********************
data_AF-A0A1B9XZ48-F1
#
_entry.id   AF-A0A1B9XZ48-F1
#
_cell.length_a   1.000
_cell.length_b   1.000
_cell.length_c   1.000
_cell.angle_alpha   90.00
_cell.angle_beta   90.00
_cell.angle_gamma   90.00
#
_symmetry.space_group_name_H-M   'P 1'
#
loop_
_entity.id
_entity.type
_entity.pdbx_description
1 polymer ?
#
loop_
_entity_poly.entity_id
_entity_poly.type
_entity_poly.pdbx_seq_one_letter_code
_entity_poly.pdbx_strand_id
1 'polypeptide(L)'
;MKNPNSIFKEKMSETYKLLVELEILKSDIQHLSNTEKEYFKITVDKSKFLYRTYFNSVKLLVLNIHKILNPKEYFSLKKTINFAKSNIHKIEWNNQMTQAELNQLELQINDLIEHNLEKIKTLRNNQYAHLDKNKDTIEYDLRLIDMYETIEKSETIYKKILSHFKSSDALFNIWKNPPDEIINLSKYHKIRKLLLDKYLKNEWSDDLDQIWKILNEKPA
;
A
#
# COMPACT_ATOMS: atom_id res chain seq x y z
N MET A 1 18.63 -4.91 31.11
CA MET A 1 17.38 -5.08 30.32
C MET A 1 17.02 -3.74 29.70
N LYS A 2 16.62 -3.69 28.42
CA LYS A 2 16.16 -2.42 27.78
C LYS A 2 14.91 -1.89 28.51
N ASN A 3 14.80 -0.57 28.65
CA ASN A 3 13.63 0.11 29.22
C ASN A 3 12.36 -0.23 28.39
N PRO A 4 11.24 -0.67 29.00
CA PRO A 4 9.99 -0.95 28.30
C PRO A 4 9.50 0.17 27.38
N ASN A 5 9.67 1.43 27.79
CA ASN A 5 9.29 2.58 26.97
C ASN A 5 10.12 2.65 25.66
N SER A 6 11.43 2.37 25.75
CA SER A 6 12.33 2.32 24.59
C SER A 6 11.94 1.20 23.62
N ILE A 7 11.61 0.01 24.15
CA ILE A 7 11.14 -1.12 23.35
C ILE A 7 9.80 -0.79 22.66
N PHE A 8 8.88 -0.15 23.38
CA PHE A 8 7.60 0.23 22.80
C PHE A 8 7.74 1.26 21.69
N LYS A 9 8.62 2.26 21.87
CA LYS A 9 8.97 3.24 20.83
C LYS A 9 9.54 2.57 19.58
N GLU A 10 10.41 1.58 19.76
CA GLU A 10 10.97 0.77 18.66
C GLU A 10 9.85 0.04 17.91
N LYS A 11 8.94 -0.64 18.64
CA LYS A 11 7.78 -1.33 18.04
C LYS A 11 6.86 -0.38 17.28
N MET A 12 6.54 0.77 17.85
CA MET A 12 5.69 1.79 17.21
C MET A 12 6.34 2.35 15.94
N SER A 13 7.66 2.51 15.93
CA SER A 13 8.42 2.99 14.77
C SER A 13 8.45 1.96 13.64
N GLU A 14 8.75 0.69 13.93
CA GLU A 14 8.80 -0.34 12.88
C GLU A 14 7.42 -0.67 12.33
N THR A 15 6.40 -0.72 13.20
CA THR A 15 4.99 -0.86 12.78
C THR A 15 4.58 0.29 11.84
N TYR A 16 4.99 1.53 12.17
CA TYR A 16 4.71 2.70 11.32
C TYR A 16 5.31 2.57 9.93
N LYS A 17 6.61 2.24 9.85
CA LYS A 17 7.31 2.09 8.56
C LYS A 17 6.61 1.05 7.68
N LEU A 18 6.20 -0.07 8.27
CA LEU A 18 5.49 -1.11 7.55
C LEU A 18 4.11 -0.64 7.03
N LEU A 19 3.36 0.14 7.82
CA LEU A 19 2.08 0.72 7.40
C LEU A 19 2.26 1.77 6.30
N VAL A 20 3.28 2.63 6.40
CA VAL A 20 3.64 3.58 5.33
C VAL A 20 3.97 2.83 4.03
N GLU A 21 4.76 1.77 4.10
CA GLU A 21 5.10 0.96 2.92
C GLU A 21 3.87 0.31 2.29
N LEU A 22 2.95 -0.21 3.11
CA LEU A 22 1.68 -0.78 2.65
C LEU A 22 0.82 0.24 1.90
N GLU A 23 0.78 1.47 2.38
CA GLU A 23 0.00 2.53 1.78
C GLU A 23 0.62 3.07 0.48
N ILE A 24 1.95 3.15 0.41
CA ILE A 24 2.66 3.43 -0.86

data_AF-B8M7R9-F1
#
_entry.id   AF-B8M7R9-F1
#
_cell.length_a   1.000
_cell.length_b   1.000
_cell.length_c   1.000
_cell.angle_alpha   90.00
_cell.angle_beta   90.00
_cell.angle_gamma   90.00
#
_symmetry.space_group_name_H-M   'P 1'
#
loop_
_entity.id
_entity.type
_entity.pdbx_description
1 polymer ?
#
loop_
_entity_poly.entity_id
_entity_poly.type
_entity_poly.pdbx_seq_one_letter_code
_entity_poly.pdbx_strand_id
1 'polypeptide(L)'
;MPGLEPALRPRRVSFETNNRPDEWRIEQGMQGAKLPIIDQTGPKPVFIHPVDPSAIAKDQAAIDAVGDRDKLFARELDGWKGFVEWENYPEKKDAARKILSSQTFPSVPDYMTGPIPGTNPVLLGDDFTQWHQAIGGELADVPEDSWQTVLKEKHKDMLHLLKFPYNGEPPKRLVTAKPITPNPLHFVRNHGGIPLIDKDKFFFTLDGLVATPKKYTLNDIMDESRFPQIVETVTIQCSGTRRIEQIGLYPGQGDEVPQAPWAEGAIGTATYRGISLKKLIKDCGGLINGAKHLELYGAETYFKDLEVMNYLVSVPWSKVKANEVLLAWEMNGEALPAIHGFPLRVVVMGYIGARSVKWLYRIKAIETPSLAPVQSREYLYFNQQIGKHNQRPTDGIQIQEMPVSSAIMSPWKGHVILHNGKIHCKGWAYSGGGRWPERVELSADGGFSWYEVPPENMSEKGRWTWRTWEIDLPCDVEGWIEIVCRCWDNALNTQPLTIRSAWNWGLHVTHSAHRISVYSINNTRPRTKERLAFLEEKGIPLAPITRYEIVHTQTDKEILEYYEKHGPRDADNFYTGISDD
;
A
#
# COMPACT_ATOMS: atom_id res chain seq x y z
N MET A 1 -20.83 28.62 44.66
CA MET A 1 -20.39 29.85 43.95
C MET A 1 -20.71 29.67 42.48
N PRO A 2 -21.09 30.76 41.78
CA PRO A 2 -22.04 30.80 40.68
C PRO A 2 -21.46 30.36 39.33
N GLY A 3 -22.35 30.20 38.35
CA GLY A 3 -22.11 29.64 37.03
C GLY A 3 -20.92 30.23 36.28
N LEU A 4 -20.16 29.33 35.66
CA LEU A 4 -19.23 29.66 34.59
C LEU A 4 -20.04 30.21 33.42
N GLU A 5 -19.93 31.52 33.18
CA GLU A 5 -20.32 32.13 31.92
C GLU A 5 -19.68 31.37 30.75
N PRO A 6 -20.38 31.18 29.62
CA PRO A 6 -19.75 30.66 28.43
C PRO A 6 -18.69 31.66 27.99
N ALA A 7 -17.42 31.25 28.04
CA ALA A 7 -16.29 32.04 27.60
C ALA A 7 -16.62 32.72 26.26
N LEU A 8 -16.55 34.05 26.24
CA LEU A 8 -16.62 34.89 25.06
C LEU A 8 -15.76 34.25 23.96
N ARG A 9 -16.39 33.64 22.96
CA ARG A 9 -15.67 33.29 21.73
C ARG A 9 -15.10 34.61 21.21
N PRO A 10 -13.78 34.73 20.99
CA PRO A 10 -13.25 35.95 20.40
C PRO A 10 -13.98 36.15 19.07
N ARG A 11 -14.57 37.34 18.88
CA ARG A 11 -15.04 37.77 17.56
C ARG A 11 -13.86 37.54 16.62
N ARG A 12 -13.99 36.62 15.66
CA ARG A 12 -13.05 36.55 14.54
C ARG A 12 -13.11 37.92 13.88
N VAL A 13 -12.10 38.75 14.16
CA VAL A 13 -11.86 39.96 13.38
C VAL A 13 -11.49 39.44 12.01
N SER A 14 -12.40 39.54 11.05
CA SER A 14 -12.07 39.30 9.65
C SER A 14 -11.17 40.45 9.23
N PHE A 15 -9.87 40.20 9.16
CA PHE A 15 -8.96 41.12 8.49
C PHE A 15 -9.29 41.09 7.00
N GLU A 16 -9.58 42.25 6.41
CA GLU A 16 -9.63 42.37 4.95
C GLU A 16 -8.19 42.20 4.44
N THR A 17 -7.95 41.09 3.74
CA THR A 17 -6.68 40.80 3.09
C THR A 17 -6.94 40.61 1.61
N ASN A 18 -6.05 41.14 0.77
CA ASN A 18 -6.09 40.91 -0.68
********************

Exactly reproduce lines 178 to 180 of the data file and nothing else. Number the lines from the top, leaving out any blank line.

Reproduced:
CA GLU A 16 -9.63 42.37 4.95
C GLU A 16 -8.19 42.20 4.44
N THR A 17 -7.95 41.09 3.74